May 30, 2021
Last Sunday, we closed the Easter season, and for the last one thousand years, today we have celebrated the doctrinal feast of the Holy Trinity.
So, the first thing that I would like to say is that our loving God is not an abstraction or a philosophical idea, and more than a million words cannot truly describe or help to understand.
When we say that God has created us, we are saying that God and one of us is one, because he has breathed his life spirit into us and we become a human being.
This was the understanding of the roots of our ancient Jewish faith — Book of Genesis at the end with the story of creation.
The second thing that I would like to say is that God does not come from an idea. God is someone we experience as we live our lives. We see his many presences in everything, absolutely everything that is created — the beauty of what is and who is.
What prevents our seeing it at times is our utilitarian use of creation, not taking the time to appreciate the beauty and mystery of it. Have you ever thought that created things have feelings just like humans? When we abuse things, they patiently groan.
Jesus appreciated the gift of human life. After creating human life, he wanted to experience it himself. Really, Jesus came among us to help to see, to understand, and to use, and to take great pleasure in life. And today’s Gospel commissions us to make disciples to see and to understand what Jesus saw and how he knew that life was created to be.
More than loving and appreciating God, we have often been taught more to obey him and that he will punish us if we do not. Many Catholics grow up with a religious inferiority complex – that they are not good enough for God and they become scrupulous, always looking over their shoulder to see when God’s shoe will drop next. The opposite is true for those who often use life to milk it and use life and relationships selfishly– almost extinguishing the presence of God.
You will notice today, that we do not go to theology books to find information about God. We have four Gospels who portray Jesus’ relationship with God as a relationship between a child and his papa and I suppose today we should say a mama as well.
This is the key point of what St. Paul is describing, this spirit of God deep inside of us that tells us that God is like a most loving and encouraging parent — the Aramaic word “Abba” – daddy, papa.
We are not a “thing” or an “object.” God does not create us to use or abuse us. “If children,” St. Paul writes, “then we are heirs of God and joint heirs with Christ.” (Romans 8:17) We have the same relationship with God our Father as Jesus did.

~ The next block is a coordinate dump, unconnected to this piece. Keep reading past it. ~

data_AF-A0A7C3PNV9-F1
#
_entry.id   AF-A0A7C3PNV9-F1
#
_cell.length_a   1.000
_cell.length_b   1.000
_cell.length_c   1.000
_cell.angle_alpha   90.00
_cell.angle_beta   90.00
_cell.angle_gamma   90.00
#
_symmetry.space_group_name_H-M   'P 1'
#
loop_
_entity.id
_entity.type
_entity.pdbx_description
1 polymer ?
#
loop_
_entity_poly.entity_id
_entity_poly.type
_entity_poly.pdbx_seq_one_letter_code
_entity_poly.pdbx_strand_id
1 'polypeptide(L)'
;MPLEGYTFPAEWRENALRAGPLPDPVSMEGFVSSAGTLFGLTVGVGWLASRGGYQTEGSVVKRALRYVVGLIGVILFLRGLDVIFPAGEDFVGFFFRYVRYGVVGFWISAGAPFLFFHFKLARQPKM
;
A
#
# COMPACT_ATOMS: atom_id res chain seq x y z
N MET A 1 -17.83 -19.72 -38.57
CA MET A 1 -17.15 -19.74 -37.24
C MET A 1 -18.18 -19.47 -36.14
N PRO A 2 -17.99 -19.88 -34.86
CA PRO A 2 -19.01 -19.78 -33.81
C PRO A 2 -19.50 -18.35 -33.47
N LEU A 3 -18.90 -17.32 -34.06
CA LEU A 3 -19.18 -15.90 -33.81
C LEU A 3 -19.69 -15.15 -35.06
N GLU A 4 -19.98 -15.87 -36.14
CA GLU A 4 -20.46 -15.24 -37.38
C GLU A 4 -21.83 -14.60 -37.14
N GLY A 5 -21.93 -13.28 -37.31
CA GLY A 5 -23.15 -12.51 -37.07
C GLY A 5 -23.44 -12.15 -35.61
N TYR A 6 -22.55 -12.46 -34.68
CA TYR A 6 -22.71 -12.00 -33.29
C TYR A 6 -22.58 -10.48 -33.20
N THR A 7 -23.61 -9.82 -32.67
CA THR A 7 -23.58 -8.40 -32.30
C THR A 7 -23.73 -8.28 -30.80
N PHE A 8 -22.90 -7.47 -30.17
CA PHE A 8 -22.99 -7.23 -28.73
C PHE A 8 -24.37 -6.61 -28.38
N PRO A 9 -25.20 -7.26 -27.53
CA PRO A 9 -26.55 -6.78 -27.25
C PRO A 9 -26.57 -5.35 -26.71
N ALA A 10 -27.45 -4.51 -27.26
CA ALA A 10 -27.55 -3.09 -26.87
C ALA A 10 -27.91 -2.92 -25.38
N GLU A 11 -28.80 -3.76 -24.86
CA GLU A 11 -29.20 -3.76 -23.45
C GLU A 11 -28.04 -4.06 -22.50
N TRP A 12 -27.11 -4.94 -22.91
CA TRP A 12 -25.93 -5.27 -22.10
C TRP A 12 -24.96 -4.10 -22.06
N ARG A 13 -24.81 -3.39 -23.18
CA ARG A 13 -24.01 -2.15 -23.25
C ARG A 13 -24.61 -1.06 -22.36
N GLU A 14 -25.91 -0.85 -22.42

Why is there so much fear, so much distance, God so much as an afterthought? Because we were reared that way or brought up with those thoughts. Many parents in the past, threatened their children that God would do such and such to them if they did not behave, and that significantly harms and puts the fear of God into us psychologically. On the contrary. We have received the spirit of adoption — just like so many others have experienced the beauty and warmth of being adopted and made to feel love and are appreciated by their adopted parents.
What I am advising today is not to go to books to find God, but to go to your heart. That is where we experience God — in the silence of no words, we can feel our pulse, our breathing. Both are signs that God is there. Rarely do we pay attention to our pulse or to our breathing yet they are the fundamental human expressions of God’s life in us.
Lastly, I want to point out how our first reading from the Book of Deuteronomy describes God — a real voice who speaks to us. Moses tells us about the wonder of hearing God speak, when actually they heard his voice.
Today, we can read what he said, but it is not the same as actually hearing another human speak those words to us — because we know how often they go in one ear and out the other.
Here is another thought. With all that parents are trying to teach their children about life, are they teaching how to listen to God? Do we as adults know him?
We might want to long for the simple culture of 3000 years ago, but today, we have learned how to listen and to distinguish words of God and words of nothing.
Moses makes the comment why do you think that God the Father wants to speak to you in this real way?
To know that “The Lord God is in the heavens above and on earth below and that there is no other…” So that — yes there is a benefit — “so that you and your children after you may prosper, and that you may have a long life on the land which the Lord your God is giving you.”
The last thing I want to say is to keep God and our relationship with God simple.
The very fact that God is love and the very fact that we practice love will expand our spiritual horizons and motivate us to live the kind of life that God wants us to live.
The energy of God’s life and love are living within us, activate that energy! God is not a doctrine or a ritual. God is a living person and we are much more alive if we live in him.
One of my favorite words of truth about God that calls me back often to where God is are words that St. Paul spoke to skeptic philosophers and modern thinkers near the Acropolis in Athens, Greece. He noticed among all the gods that they worshipped, that there was an altar dedicated to “the Unknown God.” He was trying to explain to them that perhaps that was Jesus and Jesus’ Father. (Acts 17) He applauded their interest in the gods and said: “In fact, God is not far from any of us, since it is in him that we live and move and exist, as some of your own writers have said. ‘We are all his children.’”
Very simply, I encourage you to find the Father, his Son, and the Holy Spirit in your hearts and in your lives. Let us return to our Baptism… That is how we began our lives in Jesus, at our Baptism.